Bloomberg Spending Millions To Destroy America’s Power Grid

President Biden’s push for renewable energy in the generating sector and the billions that Biden and philanthropists like Michael Bloomberg are spending to rid the U.S. of coal plants and to drastically reduce natural gas plants will destabilize the U.S. electric power grid, damaging transformers and causing long-term outages, experts say.  Michael Bloomberg pledged $500 million in September toward shifting electricity production in the United States to wind and solar energy and shutting down its coal- and gas-fired plants. That donation adds to the $500 million Mr. Bloomberg pledged in 2019 to “finish the job on coal” and “accelerate the clean energy transition to reach the goal of 80 percent of total electricity generation” from renewables, according to an official statement. Bloomberg Philanthropies stated, “With 372 of 530 coal plants announced to retire or closed to date—more than 70 percent of the country’s coal fleet—this next phase will shut down every last U.S. coal plant.” The effort also slashes natural gas plant capacity in half, and blocks all new gas plants.

Europe has tried to transition from fossil fuels to wind and solar power and its efforts have failed. For instance, twenty years ago, Germany instituted “Energiewende” (energy transition) and has discovered the cost of electricity has skyrocketed. Germany spent hundreds of billions of euros to build wind and solar facilities since 2002, doubling its power generation capacity and boosting the share of renewables in the generation sector to 60 percent from about 10 percent. Despite the capacity increase, its electricity production has remained flat and the promise of lower electricity rates has not materialized. Instead, Germany’s “Energiewende” has delivered an increasingly unreliable electric system at a cost to consumers that is higher than virtually every other developed country. Germany is now in the process of de-industrializing and searching out lower cost energy countries to manufacture the products they once proudly did.

Because wind and solar power have significantly lower capacity factors than fossil fuel and nuclear plants, a greater amount of capacity is needed to produce the same amount of power. Also, as wind and solar power are weather-driven and intermittent, expensive battery back-up is required, which politicians do not consider when they push renewable energy, telling the public that wind and solar are almost free as they have no fuel cost. As Germany’s prices show, this is not the case.

Capacity Factors

The capacity factor for wind and solar is about 35 percent and 25 percent, respectively, compared to roughly 92 percent for nuclear and 85 percent for coal and natural gas when they are allowed to operate 24/7 and not just to back-up solar and wind plants. Wind and solar facilities are dispatched before coal and gas plants because they have no fuel cost and are therefore cheaper to operate once built.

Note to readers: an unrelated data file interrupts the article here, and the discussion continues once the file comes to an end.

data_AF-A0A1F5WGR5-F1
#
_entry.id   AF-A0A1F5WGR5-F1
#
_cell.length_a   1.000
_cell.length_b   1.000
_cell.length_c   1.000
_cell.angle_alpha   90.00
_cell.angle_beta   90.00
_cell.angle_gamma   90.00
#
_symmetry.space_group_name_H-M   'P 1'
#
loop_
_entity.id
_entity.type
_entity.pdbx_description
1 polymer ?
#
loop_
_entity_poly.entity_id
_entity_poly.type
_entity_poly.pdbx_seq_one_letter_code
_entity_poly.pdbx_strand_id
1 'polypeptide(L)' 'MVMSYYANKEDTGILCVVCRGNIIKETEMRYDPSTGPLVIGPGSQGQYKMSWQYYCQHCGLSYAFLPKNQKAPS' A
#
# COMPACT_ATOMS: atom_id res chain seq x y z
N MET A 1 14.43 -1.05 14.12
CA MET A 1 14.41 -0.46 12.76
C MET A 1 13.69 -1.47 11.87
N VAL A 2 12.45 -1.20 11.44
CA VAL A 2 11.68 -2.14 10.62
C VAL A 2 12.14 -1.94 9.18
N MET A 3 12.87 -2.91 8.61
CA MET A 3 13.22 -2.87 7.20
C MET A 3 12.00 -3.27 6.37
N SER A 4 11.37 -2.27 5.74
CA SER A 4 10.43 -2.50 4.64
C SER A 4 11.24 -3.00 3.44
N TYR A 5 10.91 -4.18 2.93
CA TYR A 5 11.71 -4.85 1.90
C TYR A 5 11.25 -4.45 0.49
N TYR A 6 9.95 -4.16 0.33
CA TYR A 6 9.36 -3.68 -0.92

The Closure of Coal and Gas Plants Is Eroding Reserve Margins

Reserve margins measure the amount of unused available capacity of an electric power system as a percentage of total capacity, i.e. the amount of capacity over expected peak demand. At one time and before the current trend of closing coal plants, electric utilities typically ran their power generation systems with a 20 percent installed reserve margin over expected peak demand. That reserve margin was to ensure that consumer demand would be met even during unpredicted events. The reserve margins, however, have been eroded with the transition to renewable energy as dependable plants have been shuttered. According to the Energy Information Administration, coal and natural gas plants will account for 98 percent of plant closures in 2023. Electric utilities have shuttered an average of 11 gigawatts of coal-fired capacity per year between 2015 and 2022.

Source: EIA

If electricity supply does not match demand, the grid’s hardware could be severely damaged, leading to long-term outages. Because wind and solar power are unpredictable sources, an auxiliary source of power is needed to balance it and most of that balancing power currently comes from natural gas. Many U.S. utilities are expanding their wind and solar capacity but not adding reliable backup facilities, hoping that they can draw on other regions when there is a shortfall. They are also drawing on emergency reserves, using the reserve as the auxiliary to balance their wind and solar projects.

Experts warn that operating so close to the margin is very dangerous. In 2015, former CIA Director James Woolsey was asked what would happen to Americans if the electric grid went down for an extended period. He testified before the U.S. Senate that there are two estimates on how many people would die from hunger, starvation, lack of water, and social disruption. “One estimate is that within a year or so, two-thirds of the United States population would die. The other estimate is that within a year or so, 90 percent of the U.S. population would die.”